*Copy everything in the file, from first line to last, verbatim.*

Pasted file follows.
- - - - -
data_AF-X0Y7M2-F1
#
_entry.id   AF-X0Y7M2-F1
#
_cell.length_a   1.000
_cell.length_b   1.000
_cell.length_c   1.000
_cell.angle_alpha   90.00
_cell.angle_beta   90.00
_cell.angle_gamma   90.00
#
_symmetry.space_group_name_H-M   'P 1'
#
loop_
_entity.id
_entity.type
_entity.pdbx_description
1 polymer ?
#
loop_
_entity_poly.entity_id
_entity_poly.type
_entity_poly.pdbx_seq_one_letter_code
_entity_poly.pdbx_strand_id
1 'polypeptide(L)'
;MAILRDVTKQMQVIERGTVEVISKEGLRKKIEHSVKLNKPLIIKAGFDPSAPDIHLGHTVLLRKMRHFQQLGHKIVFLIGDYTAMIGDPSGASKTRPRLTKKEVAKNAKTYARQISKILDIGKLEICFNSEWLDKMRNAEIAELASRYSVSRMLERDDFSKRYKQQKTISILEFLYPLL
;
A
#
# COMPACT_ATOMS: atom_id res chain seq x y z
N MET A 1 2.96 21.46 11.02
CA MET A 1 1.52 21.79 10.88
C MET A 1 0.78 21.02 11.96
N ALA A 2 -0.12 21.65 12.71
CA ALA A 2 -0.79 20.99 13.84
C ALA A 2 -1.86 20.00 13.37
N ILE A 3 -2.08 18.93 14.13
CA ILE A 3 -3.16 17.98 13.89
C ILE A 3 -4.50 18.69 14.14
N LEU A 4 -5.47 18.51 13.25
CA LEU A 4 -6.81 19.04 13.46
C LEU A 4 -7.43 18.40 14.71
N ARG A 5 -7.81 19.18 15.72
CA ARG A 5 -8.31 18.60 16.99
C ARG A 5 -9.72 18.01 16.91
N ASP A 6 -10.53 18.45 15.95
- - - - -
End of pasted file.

data_AF-X0Y7M2-F1
#
_entry.id   AF-X0Y7M2-F1
#
_cell.length_a   1.000
_cell.length_b   1.000
_cell.length_c   1.000
_cell.angle_alpha   90.00
_cell.angle_beta   90.00
_cell.angle_gamma   90.00
#
_symmetry.space_group_name_H-M   'P 1'
#
loop_
_entity.id
_entity.type
_entity.pdbx_description
1 polymer ?
#
loop_
_entity_poly.entity_id
_entity_poly.type
_entity_poly.pdbx_seq_one_letter_code
_entity_poly.pdbx_strand_id
1 'polypeptide(L)'
;MAILRDVTKQMQVIERGTVEVISKEGLRKKIEHSVKLNKPLIIKAGFDPSAPDIHLGHTVLLRKMRHFQQLGHKIVFLIGDYTAMIGDPSGASKTRPRLTKKEVAKNAKTYARQISKILDIGKLEICFNSEWLDKMRNAEIAELASRYSVSRMLERDDFSKRYKQQKTISILEFLYPLL
;
A
#
# COMPACT_ATOMS: atom_id res chain seq x y z
N MET A 1 2.96 21.46 11.02
CA MET A 1 1.52 21.79 10.88
C MET A 1 0.78 21.02 11.96
N ALA A 2 -0.12 21.65 12.71
CA ALA A 2 -0.79 20.99 13.84
C ALA A 2 -1.86 20.00 13.37
N ILE A 3 -2.08 18.93 14.13
CA ILE A 3 -3.16 17.98 13.89
C ILE A 3 -4.50 18.69 14.14
N LEU A 4 -5.47 18.51 13.25
CA LEU A 4 -6.81 19.04 13.46
C LEU A 4 -7.43 18.40 14.71
N ARG A 5 -7.81 19.18 15.72
CA ARG A 5 -8.31 18.60 16.99
C ARG A 5 -9.72 18.01 16.91
N ASP A 6 -10.53 18.45 15.95